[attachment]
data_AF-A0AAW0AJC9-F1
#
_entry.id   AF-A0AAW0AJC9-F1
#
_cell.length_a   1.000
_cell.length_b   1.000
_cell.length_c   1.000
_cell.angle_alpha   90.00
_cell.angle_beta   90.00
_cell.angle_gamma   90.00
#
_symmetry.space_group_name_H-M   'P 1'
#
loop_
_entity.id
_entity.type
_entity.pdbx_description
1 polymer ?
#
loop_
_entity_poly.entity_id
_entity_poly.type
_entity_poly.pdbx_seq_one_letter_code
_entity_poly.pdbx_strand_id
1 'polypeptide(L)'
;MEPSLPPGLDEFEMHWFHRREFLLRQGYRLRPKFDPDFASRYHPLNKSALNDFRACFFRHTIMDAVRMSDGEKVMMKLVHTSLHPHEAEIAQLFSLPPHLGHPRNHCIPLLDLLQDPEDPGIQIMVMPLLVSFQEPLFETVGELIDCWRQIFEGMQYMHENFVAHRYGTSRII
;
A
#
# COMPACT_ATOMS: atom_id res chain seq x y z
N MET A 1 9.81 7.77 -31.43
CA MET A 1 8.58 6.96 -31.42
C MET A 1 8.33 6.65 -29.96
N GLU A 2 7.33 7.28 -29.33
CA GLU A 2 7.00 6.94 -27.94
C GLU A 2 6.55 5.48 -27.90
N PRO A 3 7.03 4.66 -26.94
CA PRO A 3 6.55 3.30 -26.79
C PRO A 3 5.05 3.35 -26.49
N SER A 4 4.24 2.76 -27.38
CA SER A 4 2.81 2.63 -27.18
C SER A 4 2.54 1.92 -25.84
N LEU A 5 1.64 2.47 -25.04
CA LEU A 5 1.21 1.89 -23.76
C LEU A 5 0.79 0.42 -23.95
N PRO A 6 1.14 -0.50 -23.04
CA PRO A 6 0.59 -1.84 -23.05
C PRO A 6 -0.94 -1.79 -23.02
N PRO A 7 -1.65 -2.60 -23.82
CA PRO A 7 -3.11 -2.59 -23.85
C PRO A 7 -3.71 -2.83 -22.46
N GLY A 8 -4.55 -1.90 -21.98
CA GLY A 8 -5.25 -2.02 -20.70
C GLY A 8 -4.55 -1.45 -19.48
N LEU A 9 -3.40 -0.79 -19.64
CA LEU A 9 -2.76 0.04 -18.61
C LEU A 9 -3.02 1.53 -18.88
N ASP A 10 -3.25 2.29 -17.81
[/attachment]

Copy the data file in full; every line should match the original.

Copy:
data_AF-A0AAW0AJC9-F1
#
_entry.id   AF-A0AAW0AJC9-F1
#
_cell.length_a   1.000
_cell.length_b   1.000
_cell.length_c   1.000
_cell.angle_alpha   90.00
_cell.angle_beta   90.00
_cell.angle_gamma   90.00
#
_symmetry.space_group_name_H-M   'P 1'
#
loop_
_entity.id
_entity.type
_entity.pdbx_description
1 polymer ?
#
loop_
_entity_poly.entity_id
_entity_poly.type
_entity_poly.pdbx_seq_one_letter_code
_entity_poly.pdbx_strand_id
1 'polypeptide(L)'
;MEPSLPPGLDEFEMHWFHRREFLLRQGYRLRPKFDPDFASRYHPLNKSALNDFRACFFRHTIMDAVRMSDGEKVMMKLVHTSLHPHEAEIAQLFSLPPHLGHPRNHCIPLLDLLQDPEDPGIQIMVMPLLVSFQEPLFETVGELIDCWRQIFEGMQYMHENFVAHRYGTSRII
;
A
#
# COMPACT_ATOMS: atom_id res chain seq x y z
N MET A 1 9.81 7.77 -31.43
CA MET A 1 8.58 6.96 -31.42
C MET A 1 8.33 6.65 -29.96
N GLU A 2 7.33 7.28 -29.33
CA GLU A 2 7.00 6.94 -27.94
C GLU A 2 6.55 5.48 -27.90
N PRO A 3 7.03 4.66 -26.94
CA PRO A 3 6.55 3.30 -26.79
C PRO A 3 5.05 3.35 -26.49
N SER A 4 4.24 2.76 -27.38
CA SER A 4 2.81 2.63 -27.18
C SER A 4 2.54 1.92 -25.84
N LEU A 5 1.64 2.47 -25.04
CA LEU A 5 1.21 1.89 -23.76
C LEU A 5 0.79 0.42 -23.95
N PRO A 6 1.14 -0.50 -23.04
CA PRO A 6 0.59 -1.84 -23.05
C PRO A 6 -0.94 -1.79 -23.02
N PRO A 7 -1.65 -2.60 -23.82
CA PRO A 7 -3.11 -2.59 -23.85
C PRO A 7 -3.71 -2.83 -22.46
N GLY A 8 -4.55 -1.90 -21.98
CA GLY A 8 -5.25 -2.02 -20.70
C GLY A 8 -4.55 -1.45 -19.48
N LEU A 9 -3.40 -0.79 -19.64
CA LEU A 9 -2.76 0.04 -18.61
C LEU A 9 -3.02 1.53 -18.88
N ASP A 10 -3.25 2.29 -17.81